FULL CIRCLE: The Arctic Circle holds a treasure trove of fossil fuels — 30 percent of the world's undiscovered natural gas and 13 percent of its undiscovered oil, according to researchers with the U.S. Geological Survey, who say most of the oil and gas is in underwater continental shelves. This is bigger news than it would've been 10 years ago because melting sea ice is making the Arctic more accessible than ever. Russia will probably see the greatest benefits, since it owns the majority of territory where natural gas is believed to be buried, but the most likely place for Arctic oil is in the Chukchi Sea, off Alaska's coast. Gov. Sarah Palin supports offshore oil drilling, but conservationists say the chance of oil spills in the ecologically sensitive region isn't worth the risk. (Sources: Science, Los Angeles Times, Associated Press)

ROAD RULES: The Obama administration has called a one-year timeout on new logging and development in pristine parts of U.S. national forests, mostly in the West. USDA Secretary Tom Vilsack's directive reinstates a Clinton-era ban on new industrial activity in more than 58 million acres of remote forest, which the Bush administration overturned in 2005. Federal district courts have issued contradictory rulings on the issue since then, and the USDA says its move will bring "consistency and clarity" for the Forest Service in managing the land. Vilsack can still approve certain projects if he deems them appropriate. (Sources: New York Times, LA Times, AP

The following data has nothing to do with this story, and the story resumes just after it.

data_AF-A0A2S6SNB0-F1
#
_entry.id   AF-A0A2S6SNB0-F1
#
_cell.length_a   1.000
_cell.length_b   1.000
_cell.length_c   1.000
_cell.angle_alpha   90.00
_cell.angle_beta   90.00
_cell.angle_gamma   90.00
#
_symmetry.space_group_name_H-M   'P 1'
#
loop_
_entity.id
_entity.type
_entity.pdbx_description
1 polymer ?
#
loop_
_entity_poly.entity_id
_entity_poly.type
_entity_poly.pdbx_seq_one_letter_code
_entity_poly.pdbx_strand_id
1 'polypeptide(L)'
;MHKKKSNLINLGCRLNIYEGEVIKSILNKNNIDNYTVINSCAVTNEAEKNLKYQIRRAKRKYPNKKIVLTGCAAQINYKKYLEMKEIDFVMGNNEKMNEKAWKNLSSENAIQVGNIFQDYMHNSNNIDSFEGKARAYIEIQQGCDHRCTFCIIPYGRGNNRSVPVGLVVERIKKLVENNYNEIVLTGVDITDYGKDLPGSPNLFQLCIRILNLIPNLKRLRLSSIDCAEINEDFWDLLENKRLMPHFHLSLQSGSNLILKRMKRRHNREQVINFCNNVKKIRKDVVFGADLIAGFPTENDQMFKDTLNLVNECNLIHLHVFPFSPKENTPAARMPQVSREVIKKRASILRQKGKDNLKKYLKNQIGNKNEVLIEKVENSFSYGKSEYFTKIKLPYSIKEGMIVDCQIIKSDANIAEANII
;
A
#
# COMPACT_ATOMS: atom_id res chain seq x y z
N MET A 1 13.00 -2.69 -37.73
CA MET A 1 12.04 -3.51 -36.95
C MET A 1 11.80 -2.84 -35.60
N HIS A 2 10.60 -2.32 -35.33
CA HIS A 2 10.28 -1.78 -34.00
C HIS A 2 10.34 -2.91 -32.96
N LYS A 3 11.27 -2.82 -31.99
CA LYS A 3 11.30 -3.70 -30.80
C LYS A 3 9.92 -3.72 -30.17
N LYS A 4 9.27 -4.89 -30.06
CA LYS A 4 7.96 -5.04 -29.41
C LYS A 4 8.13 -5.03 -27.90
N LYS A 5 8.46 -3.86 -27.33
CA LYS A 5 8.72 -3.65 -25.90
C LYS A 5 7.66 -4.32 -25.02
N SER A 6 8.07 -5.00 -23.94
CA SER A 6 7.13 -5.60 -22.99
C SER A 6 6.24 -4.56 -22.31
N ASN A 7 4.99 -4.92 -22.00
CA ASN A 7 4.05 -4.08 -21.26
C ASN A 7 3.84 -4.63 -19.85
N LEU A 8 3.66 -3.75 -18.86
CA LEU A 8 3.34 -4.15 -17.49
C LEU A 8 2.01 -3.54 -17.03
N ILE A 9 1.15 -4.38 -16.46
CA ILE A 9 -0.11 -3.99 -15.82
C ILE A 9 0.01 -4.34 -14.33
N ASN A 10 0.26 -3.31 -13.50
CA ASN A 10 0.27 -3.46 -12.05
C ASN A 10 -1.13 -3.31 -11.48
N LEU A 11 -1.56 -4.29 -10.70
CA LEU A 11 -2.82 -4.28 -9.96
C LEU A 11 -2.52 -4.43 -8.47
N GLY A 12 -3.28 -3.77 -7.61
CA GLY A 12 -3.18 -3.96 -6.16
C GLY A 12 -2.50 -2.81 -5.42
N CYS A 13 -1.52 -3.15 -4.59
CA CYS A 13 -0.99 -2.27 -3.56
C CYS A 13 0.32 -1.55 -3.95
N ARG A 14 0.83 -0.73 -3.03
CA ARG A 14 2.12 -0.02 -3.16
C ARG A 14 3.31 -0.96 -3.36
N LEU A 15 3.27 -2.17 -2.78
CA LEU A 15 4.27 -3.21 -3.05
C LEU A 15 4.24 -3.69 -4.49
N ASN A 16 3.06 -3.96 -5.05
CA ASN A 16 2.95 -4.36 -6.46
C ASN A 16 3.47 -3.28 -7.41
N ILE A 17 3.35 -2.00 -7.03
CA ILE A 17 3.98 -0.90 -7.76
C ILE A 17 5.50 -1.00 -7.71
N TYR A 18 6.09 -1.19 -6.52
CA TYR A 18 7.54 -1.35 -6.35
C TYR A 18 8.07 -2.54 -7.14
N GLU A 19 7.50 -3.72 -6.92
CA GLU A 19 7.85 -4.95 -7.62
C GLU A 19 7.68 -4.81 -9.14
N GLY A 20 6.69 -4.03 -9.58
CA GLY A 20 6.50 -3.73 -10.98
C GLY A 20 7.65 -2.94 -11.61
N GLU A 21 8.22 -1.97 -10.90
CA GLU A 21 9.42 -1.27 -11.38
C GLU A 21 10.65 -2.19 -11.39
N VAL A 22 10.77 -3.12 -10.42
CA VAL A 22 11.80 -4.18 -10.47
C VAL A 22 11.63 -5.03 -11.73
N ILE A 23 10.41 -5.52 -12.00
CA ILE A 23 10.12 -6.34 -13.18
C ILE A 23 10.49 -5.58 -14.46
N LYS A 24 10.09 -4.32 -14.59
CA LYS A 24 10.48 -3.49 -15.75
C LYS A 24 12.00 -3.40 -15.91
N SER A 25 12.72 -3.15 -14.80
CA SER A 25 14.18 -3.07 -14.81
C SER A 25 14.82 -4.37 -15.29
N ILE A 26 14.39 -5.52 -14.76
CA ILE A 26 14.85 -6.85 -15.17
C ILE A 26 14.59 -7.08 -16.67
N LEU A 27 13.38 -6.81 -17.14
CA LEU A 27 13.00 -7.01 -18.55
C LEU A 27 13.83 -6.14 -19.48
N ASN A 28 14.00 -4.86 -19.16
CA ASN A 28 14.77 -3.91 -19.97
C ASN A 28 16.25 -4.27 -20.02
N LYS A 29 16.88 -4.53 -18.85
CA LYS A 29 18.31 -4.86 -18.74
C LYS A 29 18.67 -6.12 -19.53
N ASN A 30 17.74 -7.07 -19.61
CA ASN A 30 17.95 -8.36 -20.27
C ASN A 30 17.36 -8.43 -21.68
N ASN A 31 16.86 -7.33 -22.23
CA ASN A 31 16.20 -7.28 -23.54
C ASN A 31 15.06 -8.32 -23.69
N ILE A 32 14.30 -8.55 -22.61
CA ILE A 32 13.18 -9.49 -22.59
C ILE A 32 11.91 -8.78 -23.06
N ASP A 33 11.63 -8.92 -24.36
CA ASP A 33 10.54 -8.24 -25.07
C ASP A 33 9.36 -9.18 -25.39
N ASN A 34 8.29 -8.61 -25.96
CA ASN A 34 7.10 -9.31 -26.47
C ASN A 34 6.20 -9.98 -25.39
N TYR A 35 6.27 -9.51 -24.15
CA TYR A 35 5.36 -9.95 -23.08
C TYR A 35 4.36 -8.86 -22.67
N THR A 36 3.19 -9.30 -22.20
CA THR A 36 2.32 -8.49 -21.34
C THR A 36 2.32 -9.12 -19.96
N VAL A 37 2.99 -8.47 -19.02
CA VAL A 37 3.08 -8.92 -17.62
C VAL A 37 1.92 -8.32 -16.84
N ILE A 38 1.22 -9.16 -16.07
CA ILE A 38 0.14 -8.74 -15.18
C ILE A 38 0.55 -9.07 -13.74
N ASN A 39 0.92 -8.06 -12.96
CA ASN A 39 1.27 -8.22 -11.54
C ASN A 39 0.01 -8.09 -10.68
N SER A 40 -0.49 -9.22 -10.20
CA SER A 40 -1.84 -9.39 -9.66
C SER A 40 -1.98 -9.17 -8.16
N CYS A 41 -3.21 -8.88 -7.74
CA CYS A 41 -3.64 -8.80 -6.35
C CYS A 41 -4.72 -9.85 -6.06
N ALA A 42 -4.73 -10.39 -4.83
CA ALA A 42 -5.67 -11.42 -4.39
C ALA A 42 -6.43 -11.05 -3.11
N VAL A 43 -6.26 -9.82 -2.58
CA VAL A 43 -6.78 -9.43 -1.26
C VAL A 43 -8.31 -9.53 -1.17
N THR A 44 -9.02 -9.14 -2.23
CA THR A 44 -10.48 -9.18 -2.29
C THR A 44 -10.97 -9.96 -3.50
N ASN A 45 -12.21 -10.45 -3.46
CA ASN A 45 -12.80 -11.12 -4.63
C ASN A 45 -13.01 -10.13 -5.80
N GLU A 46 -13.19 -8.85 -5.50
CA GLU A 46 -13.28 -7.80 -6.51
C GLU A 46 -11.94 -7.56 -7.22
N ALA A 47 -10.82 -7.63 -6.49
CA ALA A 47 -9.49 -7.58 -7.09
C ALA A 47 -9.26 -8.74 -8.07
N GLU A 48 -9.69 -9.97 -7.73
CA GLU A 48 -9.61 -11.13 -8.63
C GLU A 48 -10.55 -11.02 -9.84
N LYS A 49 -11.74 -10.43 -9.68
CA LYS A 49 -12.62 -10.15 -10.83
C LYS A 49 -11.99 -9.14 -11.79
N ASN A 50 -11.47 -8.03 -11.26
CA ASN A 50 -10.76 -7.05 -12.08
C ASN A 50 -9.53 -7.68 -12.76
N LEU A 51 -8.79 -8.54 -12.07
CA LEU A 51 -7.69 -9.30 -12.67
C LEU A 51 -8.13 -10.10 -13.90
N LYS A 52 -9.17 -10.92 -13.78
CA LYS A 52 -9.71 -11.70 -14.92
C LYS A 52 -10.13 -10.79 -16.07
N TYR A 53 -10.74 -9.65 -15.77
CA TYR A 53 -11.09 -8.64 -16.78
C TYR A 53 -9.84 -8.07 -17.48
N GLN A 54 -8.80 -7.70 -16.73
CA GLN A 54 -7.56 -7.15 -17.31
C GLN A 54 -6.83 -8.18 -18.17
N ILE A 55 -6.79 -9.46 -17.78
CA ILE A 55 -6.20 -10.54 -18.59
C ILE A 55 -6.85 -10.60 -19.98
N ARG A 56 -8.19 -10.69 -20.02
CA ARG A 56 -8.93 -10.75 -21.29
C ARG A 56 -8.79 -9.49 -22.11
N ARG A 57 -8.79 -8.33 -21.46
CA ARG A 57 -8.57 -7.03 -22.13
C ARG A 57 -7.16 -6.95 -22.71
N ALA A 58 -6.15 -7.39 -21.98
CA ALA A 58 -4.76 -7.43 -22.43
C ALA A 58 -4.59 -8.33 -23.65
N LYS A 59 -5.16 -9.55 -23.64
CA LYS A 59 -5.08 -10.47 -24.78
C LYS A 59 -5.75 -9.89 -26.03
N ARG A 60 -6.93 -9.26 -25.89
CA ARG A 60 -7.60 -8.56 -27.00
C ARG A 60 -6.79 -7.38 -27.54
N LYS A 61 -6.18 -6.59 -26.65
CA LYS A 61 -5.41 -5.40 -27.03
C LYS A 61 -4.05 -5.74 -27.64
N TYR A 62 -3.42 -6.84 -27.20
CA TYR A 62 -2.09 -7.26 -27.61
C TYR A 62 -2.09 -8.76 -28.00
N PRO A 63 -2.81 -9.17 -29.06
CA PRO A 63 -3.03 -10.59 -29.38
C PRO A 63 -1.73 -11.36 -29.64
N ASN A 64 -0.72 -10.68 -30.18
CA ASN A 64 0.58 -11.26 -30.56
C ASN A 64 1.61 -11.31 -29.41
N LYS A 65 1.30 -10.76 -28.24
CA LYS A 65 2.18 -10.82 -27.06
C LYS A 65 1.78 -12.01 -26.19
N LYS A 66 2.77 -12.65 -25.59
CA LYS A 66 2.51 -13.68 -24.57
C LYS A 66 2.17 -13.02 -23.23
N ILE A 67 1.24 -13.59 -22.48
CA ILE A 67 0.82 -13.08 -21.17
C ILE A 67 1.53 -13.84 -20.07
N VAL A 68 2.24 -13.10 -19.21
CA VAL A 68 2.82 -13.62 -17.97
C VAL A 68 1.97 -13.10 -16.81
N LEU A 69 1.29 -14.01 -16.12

CLIMATE REFUGEES: Polar bears and glaciers aren't the only victims suffering from climate change: Residents of low-lying islands are anxiously aware that they will soon have to evacuate if sea levels rise much more, and some have already left. In the South Pacific's Carteret Islands, locals tie up their belongings in palm trees during high tide and say their home could be uninhabitable by 2015. The president of the Maldives has made headlines by actively trying to relocate his 300,000 constituents before the island chain is submerged. The oncoming flood of sea water could soon create a flood of climate refugees — a new study predicts that 200 million people could be homeless thanks to climate change by 2050. In related news, a think tank led by former U.N. Secretary General Kofi Annan released a report Friday warning that climate change is causing 300,000 deaths and $125 billion in financial losses every year, although one political scientist who studies disaster trends calls the report "a methodological embarrassment." (Sources: NY Times, Guardian, CNN)

STAR POWER: The United States will take a first step today toward creating unlimited clean power — if that's even possible on Earth — as it opens the $3.5 billion National Ignition Facility. The NIF aims to create energy with nuclear fusion, the way the sun and other stars do, by bombarding hydrogen atoms with lasers, hoping they'll fuse into helium. See Tuesday's Daily Briefing for more. (Source: Guardian

THE RACE IS ON: EPA Administrator Lisa Jackson tells the AP it's time for the United States to complete its makeover into a less extreme consumer of energy, leading the world's race for clean power rather than defying it. After years of being marginalized, the EPA is "back on the job," she says, and will take the lead in improving the country's energy-wasting image, despite the economy. "We have to get in the race now — and win it," she says. "I don't expect a moving backwards because of recession." (Source: AP)